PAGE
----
The complicated legacy of Bobby Fischer

Chess legend Bobby Fischer, who died on January 17th, was recently buried at a country church in Iceland during a Catholic funeral service. Though the service itself may have been peaceful, the legal wrangling over Fischer’s million dollar fortune may be about to turn nasty.

In a Visir report published in Iceland last week, it was claimed that the £1.07 million estate of the late chess champion would pass to Miyoko Watai, Fischer’s supposed widow.

The report said: “It has been confirmed that Watai was Fischer’s wife, not his girlfriend as has been argued so many times.”

Russel Targ, Fischer’s brother-in-law, has flown to Iceland in order to pursue legal investigations into the matter of inheritance which he feels should belong to his two sons, according to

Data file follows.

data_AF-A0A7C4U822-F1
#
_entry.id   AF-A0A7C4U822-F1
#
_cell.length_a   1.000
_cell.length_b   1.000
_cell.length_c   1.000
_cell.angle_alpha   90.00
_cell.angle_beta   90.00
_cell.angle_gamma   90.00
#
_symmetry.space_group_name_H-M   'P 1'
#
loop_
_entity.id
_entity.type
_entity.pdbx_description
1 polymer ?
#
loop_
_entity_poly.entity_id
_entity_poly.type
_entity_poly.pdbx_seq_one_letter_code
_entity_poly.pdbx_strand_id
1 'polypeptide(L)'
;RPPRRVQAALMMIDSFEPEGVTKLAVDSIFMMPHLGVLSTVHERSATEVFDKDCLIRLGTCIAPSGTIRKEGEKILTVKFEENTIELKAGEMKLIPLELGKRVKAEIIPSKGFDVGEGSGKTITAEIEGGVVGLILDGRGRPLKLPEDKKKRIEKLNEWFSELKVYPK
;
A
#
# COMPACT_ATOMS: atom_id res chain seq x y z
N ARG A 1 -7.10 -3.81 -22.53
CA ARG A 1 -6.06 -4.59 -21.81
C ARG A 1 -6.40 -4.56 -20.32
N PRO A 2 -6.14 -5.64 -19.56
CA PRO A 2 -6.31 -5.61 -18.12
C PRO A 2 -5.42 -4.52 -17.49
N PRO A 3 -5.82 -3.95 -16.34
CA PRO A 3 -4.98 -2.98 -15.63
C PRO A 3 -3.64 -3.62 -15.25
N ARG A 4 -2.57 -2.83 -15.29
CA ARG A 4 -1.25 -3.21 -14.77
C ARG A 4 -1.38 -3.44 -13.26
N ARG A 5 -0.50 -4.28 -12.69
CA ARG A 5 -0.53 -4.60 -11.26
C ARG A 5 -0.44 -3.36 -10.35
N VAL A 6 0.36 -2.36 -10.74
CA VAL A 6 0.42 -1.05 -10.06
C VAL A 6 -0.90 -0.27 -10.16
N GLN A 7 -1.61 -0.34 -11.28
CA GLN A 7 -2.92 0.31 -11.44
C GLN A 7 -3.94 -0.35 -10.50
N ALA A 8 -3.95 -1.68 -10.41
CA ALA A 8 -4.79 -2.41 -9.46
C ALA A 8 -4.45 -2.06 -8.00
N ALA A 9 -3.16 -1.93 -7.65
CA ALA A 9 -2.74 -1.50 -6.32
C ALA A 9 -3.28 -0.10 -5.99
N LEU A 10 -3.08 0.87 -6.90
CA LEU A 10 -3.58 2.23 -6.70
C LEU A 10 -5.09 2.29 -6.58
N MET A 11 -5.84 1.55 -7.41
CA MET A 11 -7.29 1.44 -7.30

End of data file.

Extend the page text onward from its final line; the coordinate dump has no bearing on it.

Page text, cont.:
Another possible beneficiary is a seven year old girl, said to be Fischer’s daughter from a country club romance in the Philippines.

Arni Vilhjalmsson, who is representing Watai in the matter, said that he had an official document from Japan documenting her marriage to Fischer. “It’s a copy and I am waiting for the original,” he said.

However in 2005, during a radio interview in Moscow, Fischer denied being married to Watai, though John Bosnitch, a Canadian media consultant and civil rights activist, says he was there for the wedding ceremony.

“During the course of his defence, Bobby agreed that it was time to publicly recognise his de facto marriage with Miyoko Watai, with whom he had been living in common law for years,” he said.

“I was the male witness to that marriage and the marriage certificate bears my name.”

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